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Met Opera Streams
Each stream becomes available at 7:30 p.m. and remains accessible for on-demand viewing until 6:30 p.m. the following day.

Women’s Week:

Friday, January 22
Puccini’s Tosca
Starring Hildegard Behrens, Plácido Domingo, and Cornell MacNeil, conducted by Giuseppe Sinopoli. From March 27, 1985.

Saturday, January 23
Massenet’s Manon
Starring Lisette Oropesa, Michael Fabiano, Carlo Bosi, Artur Ruci?ski, Brett Polegato, and Kwangchul Youn, conducted by Maurizio Benini. From October 26, 2019.

Sunday, January 24
Wagner’s Die Walküre
Starring Deborah Voigt, Eva-Maria Westbroek, Stephanie Blythe, Jonas Kaufmann, Bryn Terfel, and Hans-Peter König, conducted by James Levine. From May 14, 2011.

Antiheroes Week:

Monday, January 25
Mozart’s Don Giovanni
Starring Hibla Gerzmava, Malin Byström, Serena Malfi, Paul Appleby, Simon Keenlyside, Adam Plachetka, Matthew Rose, and Kwangchul Youn, conducted by Fabio Luisi. From October 22, 2016.

Tuesday, January 26
Rossini’s Le Comte Ory
Starring Diana Damrau, Joyce DiDonato, Susanne Resmark, Juan Diego Flórez, Stéphane Degout, and Michele Pertusi, conducted by Maurizio Benini. From April 9, 2011.

Wednesday, January 27
Gounod’s Faust
Starring Marina Poplavskaya, Jonas Kaufmann, and René Pape, conducted by Yannick Nézet-Séguin. From December 10, 2011.

Thursday, January 28
Verdi’s Falstaff
Starring Lisette Oropesa, Angela Meade, Stephanie Blythe, Jennifer Johnson Cano, Paolo Fanale, Ambrogio Maestri, and Franco Vassallo, conducted by James Levine. From December 14, 2013.

Friday, January 29
Wagner’s Der Fliegende Holländer
Starring Anja Kampe, Mihoko Fujimura, Sergey Skorokhodov, David Portillo, Evgeny Nikitin, and Franz-Josef Selig, conducted by Valery Gergiev.  From March 10, 2020.

Saturday, January 30
Verdi’s Rigoletto
Starring Diana Damrau, Oksana Volkova, Piotr Becza?a, Željko Lu?i?, and Štefan Kocán, conducted by Michele Mariotti. From February 16, 2013.

Sunday, January 31
Verdi’s Macbeth
Starring Maria Guleghina, Dimitri Pittas, Željko Lu?i?, and John Relyea, conducted by James Levine. From January 12, 2008.

More performances!

Take Care of This House: A Brief History of a Showtune We Should All Listen to Today
In 1976, Leonard Bernstein and Alan Jay Lerner debuted their musical 1600 Pennsylvania Avenue on Broadway at the Mark Hellinger Theatre (now the Times Square Church). It was Bernstein’s last original Broadway score, and the show, co-directed and co-choreographed by Gilbert Moses and George Faison after the original creative team departed out-of-town, was a massive flop, closing after 13 previews and seven performances.

1600 Pennsylvania Avenue is a retelling of the first 100 years of White House through the eyes of its main residents: the presidents and first ladies, and three generations of their Black serving staff. One actor plays all of the presidents, one actor plays all of the first ladies, one actor plays male servant Lud, one actor plays female servant Seena. Presented in a bicentennial year, audiences expected a rah-rah show of patriotism; what they got was an ahead-of-its-time indictment of the racism that has pervaded the United States since its creation. Critics, naturally, thought it was too preachy and superficial.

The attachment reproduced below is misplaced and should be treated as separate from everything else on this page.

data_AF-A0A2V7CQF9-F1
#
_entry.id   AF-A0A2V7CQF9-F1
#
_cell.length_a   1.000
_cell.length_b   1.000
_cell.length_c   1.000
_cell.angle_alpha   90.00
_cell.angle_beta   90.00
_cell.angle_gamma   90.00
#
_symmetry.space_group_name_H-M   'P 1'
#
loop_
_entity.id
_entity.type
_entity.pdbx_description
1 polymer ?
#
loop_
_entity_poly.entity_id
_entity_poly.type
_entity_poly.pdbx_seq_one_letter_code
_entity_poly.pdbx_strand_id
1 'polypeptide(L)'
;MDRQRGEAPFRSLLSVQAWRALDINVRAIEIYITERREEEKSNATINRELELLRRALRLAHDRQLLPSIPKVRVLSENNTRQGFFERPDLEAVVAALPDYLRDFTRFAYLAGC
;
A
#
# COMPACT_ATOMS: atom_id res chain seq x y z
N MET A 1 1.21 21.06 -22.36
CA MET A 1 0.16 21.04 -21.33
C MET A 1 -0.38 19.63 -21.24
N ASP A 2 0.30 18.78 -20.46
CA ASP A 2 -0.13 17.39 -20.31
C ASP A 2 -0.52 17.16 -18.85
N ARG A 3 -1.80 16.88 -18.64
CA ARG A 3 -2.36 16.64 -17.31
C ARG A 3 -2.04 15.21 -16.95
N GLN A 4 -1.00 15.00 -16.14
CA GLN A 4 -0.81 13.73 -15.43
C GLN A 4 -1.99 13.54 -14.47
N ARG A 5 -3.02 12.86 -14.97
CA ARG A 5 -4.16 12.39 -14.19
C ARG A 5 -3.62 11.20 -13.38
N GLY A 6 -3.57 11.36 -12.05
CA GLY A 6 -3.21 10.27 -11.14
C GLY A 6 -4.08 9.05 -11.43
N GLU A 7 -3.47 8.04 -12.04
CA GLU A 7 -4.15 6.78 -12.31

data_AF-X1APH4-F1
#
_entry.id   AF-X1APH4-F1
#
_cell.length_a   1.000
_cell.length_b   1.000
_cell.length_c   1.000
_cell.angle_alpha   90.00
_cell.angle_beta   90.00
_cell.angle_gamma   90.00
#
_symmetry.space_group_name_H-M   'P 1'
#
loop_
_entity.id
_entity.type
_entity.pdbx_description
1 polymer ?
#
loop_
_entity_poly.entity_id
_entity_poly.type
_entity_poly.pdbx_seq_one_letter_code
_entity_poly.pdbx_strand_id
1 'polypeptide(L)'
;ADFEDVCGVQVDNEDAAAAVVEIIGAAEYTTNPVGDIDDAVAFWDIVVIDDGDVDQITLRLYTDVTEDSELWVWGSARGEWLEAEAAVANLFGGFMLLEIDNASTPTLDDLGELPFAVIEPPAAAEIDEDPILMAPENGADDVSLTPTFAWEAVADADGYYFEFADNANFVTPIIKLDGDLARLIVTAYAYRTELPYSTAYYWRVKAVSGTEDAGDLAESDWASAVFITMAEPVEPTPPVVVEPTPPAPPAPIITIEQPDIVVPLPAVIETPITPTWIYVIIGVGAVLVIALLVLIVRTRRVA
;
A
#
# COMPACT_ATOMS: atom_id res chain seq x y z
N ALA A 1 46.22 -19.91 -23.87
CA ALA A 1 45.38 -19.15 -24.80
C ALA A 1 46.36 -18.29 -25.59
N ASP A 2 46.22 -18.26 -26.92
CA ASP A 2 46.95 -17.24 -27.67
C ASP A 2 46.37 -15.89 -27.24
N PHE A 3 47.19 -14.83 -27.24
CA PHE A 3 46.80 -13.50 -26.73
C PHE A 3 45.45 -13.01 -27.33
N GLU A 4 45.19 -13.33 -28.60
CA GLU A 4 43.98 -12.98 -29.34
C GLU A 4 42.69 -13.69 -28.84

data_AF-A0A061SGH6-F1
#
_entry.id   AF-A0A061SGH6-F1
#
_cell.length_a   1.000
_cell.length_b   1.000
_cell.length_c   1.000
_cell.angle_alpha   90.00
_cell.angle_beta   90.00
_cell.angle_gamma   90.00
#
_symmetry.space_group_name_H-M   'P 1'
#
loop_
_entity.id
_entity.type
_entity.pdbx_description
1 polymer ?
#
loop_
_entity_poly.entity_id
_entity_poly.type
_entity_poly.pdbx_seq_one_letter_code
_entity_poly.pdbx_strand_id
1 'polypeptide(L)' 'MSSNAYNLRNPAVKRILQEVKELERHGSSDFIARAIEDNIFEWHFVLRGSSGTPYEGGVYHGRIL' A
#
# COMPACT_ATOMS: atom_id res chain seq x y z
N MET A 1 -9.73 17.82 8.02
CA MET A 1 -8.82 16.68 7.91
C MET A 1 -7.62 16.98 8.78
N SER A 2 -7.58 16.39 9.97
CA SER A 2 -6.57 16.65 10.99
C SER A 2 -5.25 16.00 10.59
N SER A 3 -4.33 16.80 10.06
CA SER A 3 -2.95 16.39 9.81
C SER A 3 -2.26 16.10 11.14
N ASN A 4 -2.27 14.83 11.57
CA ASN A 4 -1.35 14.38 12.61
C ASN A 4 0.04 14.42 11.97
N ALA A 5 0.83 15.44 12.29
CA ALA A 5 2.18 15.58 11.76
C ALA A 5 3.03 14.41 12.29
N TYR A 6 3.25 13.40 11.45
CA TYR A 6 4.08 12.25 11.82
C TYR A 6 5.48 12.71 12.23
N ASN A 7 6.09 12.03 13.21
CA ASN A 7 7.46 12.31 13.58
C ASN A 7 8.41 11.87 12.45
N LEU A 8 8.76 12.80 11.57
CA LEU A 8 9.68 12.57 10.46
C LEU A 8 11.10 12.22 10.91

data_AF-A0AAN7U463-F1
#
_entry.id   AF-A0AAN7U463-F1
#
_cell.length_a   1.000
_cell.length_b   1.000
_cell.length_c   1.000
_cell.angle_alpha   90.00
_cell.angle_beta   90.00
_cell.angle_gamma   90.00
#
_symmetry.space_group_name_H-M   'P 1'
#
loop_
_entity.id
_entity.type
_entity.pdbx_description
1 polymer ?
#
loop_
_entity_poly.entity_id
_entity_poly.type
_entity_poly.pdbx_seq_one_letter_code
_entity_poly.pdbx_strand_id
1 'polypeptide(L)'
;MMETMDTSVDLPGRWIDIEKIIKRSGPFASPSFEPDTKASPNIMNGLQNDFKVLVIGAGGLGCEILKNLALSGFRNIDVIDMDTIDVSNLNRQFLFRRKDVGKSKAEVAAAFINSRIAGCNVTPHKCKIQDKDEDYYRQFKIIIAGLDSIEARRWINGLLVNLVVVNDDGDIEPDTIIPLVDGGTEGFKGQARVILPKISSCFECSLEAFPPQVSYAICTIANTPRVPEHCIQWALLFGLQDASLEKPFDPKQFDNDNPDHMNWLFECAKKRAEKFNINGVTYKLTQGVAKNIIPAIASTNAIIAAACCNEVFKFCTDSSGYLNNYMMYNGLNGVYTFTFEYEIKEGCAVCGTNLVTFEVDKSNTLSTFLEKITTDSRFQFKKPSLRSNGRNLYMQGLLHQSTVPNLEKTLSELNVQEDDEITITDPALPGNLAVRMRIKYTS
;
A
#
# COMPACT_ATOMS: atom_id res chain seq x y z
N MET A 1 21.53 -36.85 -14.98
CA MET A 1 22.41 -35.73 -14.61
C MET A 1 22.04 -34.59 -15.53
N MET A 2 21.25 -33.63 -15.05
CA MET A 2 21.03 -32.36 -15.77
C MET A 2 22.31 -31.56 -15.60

Though the show disappeared awfully fast, several of its songs have survived to become seminal texts in the “Great American Songbook.” Chief among them is a song I’ve been thinking about a lot over the past 24 hours, “Take Care of This House.” In the context of the show, the song finds Abigail Adams (originally played by Patricia Routledge) giving instructions to Lud (Gilbert Price) on the day-to-day care of the White House. But, naturally, it’s a metaphor for preserving the sanctity of the Republic:

Take care of this house
Keep it from harm
If bandits break in sound the alarm
Care for this house
Shine it by hand
And keep it so clean
The glow can be seen all over the land.

After the shameful events yesterday at the Capitol, the message of this song has never felt timelier. History will not look kindly on what took place, but the beacon of light that is our country still stands. And while it might seem dark now, there is a new day ahead.

Click on the link to watch Cynthia Erivo perform this number from Leonard Bernstein and Alan Jay Lerner’s 1600 Pennsylvania Avenue.

Bonus pick content was reprinted from the website TheaterMania.


Richard Strauss: Metamorphosen for Two Violins, Two Violas, Two Cellos and Bassusical Moment: Mozart’s Divertimento in D Major 
Listen anytime
Watch the beautiful performance of Strauss: Metamorphosen played by Bella Hristova and Arnaud Sussmann, Violin; Richard O’Neill and Mark Holloway, Viola; Dmitri Atapine and David Requiro, Cello and Xavier Foley, Bass, courtesy of the Chamber Music Society at Lincoln Center.

Can You Guess Which Musical Theatre Song Is the Most Listened to in the Car?

Quiz time! British car retailer Halfords combed through Spotify data to find the most-listened to songs on the road. The study reportedly analyzed thousands of playlists, with names such as ‘musical road trip,’ to come up with a list of the top 100 songs from the stage and screen.